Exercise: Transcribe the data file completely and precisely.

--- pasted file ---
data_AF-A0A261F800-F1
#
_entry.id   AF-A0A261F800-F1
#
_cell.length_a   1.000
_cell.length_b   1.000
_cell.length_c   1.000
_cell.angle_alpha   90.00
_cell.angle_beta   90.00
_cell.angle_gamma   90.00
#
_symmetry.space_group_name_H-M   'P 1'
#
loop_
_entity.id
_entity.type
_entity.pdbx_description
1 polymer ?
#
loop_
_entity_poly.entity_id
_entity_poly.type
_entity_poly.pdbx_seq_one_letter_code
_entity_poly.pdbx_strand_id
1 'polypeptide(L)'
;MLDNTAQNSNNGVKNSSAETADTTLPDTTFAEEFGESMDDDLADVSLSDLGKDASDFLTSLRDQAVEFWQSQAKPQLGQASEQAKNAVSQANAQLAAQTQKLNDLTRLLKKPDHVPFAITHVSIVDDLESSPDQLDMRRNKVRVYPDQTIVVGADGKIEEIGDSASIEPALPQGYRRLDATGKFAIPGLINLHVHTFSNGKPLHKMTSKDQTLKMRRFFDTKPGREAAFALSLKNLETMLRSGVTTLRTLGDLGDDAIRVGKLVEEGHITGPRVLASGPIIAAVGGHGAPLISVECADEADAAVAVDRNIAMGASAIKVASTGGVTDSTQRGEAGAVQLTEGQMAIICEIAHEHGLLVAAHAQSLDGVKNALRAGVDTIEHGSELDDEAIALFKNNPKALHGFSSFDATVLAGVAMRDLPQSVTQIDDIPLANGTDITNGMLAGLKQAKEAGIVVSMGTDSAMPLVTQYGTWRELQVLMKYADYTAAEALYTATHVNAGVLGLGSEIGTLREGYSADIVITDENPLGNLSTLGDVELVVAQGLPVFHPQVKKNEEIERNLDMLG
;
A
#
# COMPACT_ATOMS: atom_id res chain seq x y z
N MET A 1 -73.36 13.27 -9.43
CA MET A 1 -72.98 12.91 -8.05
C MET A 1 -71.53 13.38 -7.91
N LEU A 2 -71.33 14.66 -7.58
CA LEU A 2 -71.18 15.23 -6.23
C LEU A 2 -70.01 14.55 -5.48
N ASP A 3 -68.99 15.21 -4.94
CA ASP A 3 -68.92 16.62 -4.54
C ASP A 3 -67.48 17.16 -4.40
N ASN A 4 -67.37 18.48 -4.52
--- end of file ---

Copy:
data_AF-A0A261F800-F1
#
_entry.id   AF-A0A261F800-F1
#
_cell.length_a   1.000
_cell.length_b   1.000
_cell.length_c   1.000
_cell.angle_alpha   90.00
_cell.angle_beta   90.00
_cell.angle_gamma   90.00
#
_symmetry.space_group_name_H-M   'P 1'
#
loop_
_entity.id
_entity.type
_entity.pdbx_description
1 polymer ?
#
loop_
_entity_poly.entity_id
_entity_poly.type
_entity_poly.pdbx_seq_one_letter_code
_entity_poly.pdbx_strand_id
1 'polypeptide(L)'
;MLDNTAQNSNNGVKNSSAETADTTLPDTTFAEEFGESMDDDLADVSLSDLGKDASDFLTSLRDQAVEFWQSQAKPQLGQASEQAKNAVSQANAQLAAQTQKLNDLTRLLKKPDHVPFAITHVSIVDDLESSPDQLDMRRNKVRVYPDQTIVVGADGKIEEIGDSASIEPALPQGYRRLDATGKFAIPGLINLHVHTFSNGKPLHKMTSKDQTLKMRRFFDTKPGREAAFALSLKNLETMLRSGVTTLRTLGDLGDDAIRVGKLVEEGHITGPRVLASGPIIAAVGGHGAPLISVECADEADAAVAVDRNIAMGASAIKVASTGGVTDSTQRGEAGAVQLTEGQMAIICEIAHEHGLLVAAHAQSLDGVKNALRAGVDTIEHGSELDDEAIALFKNNPKALHGFSSFDATVLAGVAMRDLPQSVTQIDDIPLANGTDITNGMLAGLKQAKEAGIVVSMGTDSAMPLVTQYGTWRELQVLMKYADYTAAEALYTATHVNAGVLGLGSEIGTLREGYSADIVITDENPLGNLSTLGDVELVVAQGLPVFHPQVKKNEEIERNLDMLG
;
A
#
# COMPACT_ATOMS: atom_id res chain seq x y z
N MET A 1 -73.36 13.27 -9.43
CA MET A 1 -72.98 12.91 -8.05
C MET A 1 -71.53 13.38 -7.91
N LEU A 2 -71.33 14.66 -7.58
CA LEU A 2 -71.18 15.23 -6.23
C LEU A 2 -70.01 14.55 -5.48
N ASP A 3 -68.99 15.21 -4.94
CA ASP A 3 -68.92 16.62 -4.54
C ASP A 3 -67.48 17.16 -4.40
N ASN A 4 -67.37 18.48 -4.52